Thursday, November 20, 2014

OMG Japan's Prime Minister is Acting on Advice He Has Received from Paul Krugman

Paulie writes at NYT:
Shinzo Abe is doing the right thing, seeking to delay the next rise in consumption taxes; this is good economic policy, and also a fairly new experience for me — I met with a national leader, made a case for the right policy, and he’s actually doing it!
Of course, there is nothing wrong with attempting to limit a tax burden. It should be part of an overall program to shrink government involvement in an economy. But Paulie, no doubt, wants government spending to expand, with the government going into debt to fund the spending.

How serious should Abe really take Paulie? Paulie's view on price inflation in Japan should be a clue.

Paulie writes in the same NYT post:
But Japan isn’t suffering from stagflation; neither is Europe. They are, instead, suffering from low inflation or deflation,
Low inflation/deflation?

Here are the latest CPI numbers out of Japan:

CPI JP recent months

 september 20143.280 %
 august 20143.290 %
 july 20143.400 %
 june 20143.607 %
 may 20143.707 %
 april 20143.410 %
 march 20141.610 %
 february 20141.512 %
 january 20141.410 %
 december 20131.611 %


  1. That's good. Hopefully Abe follows Krugman's advice to a T. That should be the final nail in the "we didn't do enough" argument on the part of Keynesians. Go Abe!!!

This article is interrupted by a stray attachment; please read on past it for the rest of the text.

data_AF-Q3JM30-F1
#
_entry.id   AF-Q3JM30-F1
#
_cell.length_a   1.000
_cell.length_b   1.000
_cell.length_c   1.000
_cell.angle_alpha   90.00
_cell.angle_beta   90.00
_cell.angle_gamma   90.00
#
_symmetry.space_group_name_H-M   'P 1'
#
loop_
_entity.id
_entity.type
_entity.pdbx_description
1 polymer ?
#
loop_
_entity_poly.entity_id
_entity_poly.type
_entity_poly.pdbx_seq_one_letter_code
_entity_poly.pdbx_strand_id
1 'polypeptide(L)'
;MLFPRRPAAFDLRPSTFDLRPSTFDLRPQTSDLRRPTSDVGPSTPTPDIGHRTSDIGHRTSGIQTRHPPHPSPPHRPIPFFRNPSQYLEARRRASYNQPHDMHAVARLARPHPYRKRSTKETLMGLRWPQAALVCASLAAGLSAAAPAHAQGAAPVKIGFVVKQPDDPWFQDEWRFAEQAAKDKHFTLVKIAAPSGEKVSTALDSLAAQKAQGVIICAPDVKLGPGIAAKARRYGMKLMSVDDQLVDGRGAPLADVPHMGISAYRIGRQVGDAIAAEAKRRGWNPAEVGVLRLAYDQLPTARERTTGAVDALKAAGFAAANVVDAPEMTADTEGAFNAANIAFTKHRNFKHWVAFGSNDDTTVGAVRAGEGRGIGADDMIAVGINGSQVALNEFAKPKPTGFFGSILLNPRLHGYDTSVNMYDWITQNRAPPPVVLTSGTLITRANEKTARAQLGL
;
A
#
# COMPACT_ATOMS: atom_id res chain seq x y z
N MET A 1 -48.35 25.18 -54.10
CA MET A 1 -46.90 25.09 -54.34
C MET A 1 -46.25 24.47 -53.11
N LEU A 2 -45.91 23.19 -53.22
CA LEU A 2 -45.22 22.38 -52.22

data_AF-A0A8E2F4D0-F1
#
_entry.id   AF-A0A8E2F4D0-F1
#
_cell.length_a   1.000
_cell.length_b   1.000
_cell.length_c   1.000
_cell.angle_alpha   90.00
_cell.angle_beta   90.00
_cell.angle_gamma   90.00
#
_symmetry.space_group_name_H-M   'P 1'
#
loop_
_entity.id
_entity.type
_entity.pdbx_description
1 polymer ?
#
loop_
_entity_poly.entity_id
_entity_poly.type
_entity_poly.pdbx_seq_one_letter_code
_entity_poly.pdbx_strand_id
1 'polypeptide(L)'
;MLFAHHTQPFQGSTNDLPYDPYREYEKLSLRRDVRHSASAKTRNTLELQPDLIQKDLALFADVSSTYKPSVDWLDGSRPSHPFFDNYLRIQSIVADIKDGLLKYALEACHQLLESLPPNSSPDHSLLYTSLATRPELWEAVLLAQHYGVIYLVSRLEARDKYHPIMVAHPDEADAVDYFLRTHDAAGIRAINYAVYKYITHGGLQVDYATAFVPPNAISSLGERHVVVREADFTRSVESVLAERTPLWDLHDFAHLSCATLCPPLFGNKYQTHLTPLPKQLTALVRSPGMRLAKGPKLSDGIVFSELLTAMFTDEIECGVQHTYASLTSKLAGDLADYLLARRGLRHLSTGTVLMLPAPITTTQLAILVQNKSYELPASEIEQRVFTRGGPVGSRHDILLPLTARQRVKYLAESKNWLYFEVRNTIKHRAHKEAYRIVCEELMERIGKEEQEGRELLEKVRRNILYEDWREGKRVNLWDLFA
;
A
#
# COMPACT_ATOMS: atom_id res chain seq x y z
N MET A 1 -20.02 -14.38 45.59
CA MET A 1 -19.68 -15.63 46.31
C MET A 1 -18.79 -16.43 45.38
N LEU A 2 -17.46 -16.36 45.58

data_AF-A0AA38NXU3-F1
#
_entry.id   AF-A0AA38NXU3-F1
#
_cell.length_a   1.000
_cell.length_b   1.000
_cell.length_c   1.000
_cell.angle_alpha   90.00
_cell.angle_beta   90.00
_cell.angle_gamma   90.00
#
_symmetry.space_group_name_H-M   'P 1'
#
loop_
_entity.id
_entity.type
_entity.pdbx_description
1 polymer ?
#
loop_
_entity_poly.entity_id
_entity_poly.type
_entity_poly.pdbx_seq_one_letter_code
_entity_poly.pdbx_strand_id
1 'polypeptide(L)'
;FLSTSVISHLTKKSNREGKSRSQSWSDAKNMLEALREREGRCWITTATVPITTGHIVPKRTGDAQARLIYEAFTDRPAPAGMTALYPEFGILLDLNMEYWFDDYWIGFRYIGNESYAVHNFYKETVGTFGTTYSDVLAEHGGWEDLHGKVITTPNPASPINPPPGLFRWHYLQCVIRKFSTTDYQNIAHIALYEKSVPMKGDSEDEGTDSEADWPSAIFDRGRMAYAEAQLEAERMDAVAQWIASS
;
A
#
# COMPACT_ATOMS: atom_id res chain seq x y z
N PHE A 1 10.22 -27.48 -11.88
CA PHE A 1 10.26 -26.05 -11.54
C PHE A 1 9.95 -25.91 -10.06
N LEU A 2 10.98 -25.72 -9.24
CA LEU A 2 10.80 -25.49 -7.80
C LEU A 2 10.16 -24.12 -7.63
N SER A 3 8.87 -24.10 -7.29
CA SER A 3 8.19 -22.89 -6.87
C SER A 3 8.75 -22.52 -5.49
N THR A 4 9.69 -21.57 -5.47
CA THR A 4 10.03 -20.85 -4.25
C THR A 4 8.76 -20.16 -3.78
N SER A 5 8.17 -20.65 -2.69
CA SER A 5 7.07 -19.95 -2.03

BTW, I'm a hard-core Austrian anarcho-capitalist and think Krugman is dumber than a box of rocks.

  2. I guess its not enough for Krugmans economic ideas to destroy just the United States. Sorry Japan, we dont like him either.

  3. So when Japan enters a quadruple dip recession (assuming they escape recession, and don't completely implode in the meantime), it will be nice to know that we can point blame at Krugman's idiotic policy prescriptions.

  4. Wait and see.... when Japan implodes, the silence from the usual quarters will be DEAFENING.
    They just didn't do enough...

  5. Nobel prizes are hazardous to the health of economies around the world. It's the halo of the Nobel that give Krugman such credibility.

  6. Nobel prizes are hazardous to the health of world economies. It's the halo effect of the Nobel that gives Krugman such influence!